Source: Whangarei District Council
Updated: 5/05/2020 7:23 p.m.
A council duo have been out and about over the last week putting up placards and posters about the lesser-known Level Three: Water Restrictions.
“The 15mm of rain we had on Sunday has lifted river levels slightly, but that will last only a week and both our major dams are at record lows,” said Water Services Manager Andrew Venmore.
“People have rightly been occupied by the COVID-19 levels over the past six weeks, but attention needs to come back onto the water situation in Whangārei as well because that situation keeps getting worse.
Librarians Tony Randall and Melani Waanders spread the water saving message along roadsides, at supermarkets and fastfood outlets this week
“Everyone needs to be water saving, whether at work or in the home, inside or outside.”
He said the current drought is by far the worst in terms of rainfall received since Water Services records began in 1971.
“Two elements that make the current situation so severe. The first is that only 58% of the normal rainfall fell in all of 2019, which meant we went into the 2020 summer with far lower groundwater levels than usual. The second is the incredibly low rainfall we have had in 2020 so far.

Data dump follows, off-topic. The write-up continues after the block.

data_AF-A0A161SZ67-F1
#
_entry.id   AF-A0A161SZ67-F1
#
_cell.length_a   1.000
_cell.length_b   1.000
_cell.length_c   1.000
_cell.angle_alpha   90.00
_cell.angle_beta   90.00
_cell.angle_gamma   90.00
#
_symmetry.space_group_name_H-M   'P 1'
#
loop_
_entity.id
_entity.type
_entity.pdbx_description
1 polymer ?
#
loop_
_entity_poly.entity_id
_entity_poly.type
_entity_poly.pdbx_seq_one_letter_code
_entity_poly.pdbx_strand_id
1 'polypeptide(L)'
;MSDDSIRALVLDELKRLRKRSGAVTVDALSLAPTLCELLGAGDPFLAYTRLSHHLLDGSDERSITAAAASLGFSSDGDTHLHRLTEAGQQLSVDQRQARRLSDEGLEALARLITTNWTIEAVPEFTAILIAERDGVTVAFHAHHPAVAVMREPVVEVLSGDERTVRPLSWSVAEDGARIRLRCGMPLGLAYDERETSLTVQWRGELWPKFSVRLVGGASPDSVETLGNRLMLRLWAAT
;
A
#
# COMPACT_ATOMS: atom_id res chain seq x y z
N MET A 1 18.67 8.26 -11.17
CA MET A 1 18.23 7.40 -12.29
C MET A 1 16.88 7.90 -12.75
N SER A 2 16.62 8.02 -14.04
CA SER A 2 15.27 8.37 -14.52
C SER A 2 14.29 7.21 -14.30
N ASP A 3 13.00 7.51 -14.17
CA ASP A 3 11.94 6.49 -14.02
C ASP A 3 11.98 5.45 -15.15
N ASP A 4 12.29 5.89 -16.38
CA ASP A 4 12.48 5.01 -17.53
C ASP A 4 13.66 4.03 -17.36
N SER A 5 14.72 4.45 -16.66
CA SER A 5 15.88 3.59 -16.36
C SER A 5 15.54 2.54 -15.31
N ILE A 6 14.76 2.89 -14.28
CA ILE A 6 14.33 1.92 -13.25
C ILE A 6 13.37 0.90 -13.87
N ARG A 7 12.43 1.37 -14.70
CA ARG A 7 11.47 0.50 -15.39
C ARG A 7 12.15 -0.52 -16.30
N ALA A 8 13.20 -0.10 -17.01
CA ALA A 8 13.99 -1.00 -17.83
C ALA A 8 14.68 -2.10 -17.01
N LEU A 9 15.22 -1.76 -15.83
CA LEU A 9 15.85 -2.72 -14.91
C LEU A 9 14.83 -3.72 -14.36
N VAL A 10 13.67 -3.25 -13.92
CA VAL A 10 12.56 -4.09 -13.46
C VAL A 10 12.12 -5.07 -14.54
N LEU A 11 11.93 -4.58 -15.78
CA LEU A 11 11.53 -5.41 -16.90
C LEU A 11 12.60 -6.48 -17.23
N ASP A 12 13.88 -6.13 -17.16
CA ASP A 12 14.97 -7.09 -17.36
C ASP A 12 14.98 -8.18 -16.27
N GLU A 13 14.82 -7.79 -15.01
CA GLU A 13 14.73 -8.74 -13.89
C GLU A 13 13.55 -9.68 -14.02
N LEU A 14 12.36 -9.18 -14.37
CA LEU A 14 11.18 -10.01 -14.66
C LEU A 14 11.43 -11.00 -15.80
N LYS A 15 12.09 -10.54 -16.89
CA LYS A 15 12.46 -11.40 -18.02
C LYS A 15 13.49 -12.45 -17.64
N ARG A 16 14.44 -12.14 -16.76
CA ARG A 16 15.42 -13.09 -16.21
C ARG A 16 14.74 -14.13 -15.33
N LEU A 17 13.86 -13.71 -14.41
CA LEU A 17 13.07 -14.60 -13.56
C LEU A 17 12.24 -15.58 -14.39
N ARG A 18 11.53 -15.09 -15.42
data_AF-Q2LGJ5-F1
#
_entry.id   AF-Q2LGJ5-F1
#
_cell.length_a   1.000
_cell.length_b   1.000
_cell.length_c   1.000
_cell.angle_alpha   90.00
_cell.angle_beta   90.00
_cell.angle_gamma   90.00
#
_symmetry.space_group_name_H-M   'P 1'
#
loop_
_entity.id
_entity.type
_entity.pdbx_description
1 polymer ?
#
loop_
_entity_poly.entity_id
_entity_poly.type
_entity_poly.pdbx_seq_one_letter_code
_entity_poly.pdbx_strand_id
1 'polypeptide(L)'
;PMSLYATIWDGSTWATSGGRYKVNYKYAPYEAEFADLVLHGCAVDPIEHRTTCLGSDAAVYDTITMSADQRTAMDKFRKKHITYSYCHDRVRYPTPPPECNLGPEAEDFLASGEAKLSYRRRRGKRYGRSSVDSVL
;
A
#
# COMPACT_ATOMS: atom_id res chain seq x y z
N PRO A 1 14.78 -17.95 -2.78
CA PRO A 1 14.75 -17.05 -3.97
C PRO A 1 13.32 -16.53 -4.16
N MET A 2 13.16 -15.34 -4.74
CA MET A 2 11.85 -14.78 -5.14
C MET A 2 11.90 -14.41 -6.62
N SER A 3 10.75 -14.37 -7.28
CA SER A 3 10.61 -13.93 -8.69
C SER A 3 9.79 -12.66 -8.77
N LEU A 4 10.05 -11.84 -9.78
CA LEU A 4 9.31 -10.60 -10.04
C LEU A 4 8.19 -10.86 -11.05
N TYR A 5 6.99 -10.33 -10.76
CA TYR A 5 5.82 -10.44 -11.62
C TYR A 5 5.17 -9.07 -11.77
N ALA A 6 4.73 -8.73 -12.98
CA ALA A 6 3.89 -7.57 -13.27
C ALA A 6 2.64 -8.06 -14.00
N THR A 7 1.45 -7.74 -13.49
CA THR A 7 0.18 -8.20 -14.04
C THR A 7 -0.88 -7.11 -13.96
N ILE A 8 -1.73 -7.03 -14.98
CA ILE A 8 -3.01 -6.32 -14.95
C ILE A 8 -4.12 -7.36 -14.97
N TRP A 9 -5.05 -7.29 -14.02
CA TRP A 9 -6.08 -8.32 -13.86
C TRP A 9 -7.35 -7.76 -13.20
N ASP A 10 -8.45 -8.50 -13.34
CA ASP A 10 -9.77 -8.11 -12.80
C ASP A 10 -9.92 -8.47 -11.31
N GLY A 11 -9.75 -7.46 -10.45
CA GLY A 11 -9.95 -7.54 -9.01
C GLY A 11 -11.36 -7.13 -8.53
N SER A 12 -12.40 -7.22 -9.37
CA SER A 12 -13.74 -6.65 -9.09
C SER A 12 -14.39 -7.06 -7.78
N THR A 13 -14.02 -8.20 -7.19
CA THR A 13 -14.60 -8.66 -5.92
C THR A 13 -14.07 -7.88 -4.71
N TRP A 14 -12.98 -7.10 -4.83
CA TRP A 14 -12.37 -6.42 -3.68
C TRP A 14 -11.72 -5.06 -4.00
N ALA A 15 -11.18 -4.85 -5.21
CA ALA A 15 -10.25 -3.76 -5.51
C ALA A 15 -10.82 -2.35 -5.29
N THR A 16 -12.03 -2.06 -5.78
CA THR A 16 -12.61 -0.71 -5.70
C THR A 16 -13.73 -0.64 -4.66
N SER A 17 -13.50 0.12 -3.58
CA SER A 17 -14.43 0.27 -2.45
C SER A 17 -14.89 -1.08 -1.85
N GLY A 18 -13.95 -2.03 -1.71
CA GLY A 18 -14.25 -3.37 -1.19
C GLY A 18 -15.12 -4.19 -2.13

By 1st May only 123mm of rain, 28% of usual rainfall for the time period had fallen at Whau Valley making it the lowest rainfall record in our history.
Since January 2019 we have had 1000mm less rain than usual, and our rivers really need more. The Hatea River, Ruakaka River and the stream at Mangapai have fallen too low at times to take any water. We have also had to limit our takes from the Ahuroa River and Poroti Stream.
“This in turn has put significant pressure on our dams and both the Whau Valley and Wilsons Dam have dropped to low levels. The Wilsons Dam is at a record low level and the Whau Valley Dam is at the lowest level since the source at Poroti was fully developed in the early 1990s.
“With winter rains hopefully just around the corner we should be able to maintain levels over the next few months. However, without significant rain over winter there is a very real danger that dam and aquifer levels will not recover before next summer. It is therefore critical that we reduce the demand on our dams as much as possible until they have fully recovered.”